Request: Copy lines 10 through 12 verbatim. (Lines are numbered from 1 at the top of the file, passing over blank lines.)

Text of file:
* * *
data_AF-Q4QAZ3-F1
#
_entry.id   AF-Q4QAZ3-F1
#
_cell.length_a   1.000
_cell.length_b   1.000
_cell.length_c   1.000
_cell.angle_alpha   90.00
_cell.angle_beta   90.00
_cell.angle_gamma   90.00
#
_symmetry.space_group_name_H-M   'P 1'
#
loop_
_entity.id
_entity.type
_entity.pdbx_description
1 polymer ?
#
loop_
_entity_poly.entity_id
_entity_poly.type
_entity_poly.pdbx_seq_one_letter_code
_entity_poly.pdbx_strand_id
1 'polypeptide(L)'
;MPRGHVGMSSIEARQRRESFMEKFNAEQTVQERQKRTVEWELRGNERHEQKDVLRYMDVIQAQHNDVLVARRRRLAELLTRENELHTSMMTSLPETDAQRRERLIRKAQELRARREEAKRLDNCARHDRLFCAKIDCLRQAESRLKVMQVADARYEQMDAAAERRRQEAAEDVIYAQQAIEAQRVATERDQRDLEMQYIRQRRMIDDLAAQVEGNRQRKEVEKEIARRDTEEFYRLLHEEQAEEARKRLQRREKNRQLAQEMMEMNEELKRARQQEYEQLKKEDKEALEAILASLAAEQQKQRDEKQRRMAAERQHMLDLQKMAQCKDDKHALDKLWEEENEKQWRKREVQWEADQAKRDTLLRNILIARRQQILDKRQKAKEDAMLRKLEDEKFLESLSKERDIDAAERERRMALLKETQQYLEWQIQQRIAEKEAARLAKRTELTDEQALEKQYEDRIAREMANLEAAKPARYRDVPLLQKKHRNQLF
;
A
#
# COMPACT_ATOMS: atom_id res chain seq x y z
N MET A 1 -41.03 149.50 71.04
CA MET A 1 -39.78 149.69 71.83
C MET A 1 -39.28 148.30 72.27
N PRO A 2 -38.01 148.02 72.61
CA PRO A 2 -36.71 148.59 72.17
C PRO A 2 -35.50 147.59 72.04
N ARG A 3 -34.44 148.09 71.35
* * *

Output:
_cell.angle_gamma   90.00
#
_symmetry.space_group_name_H-M   'P 1'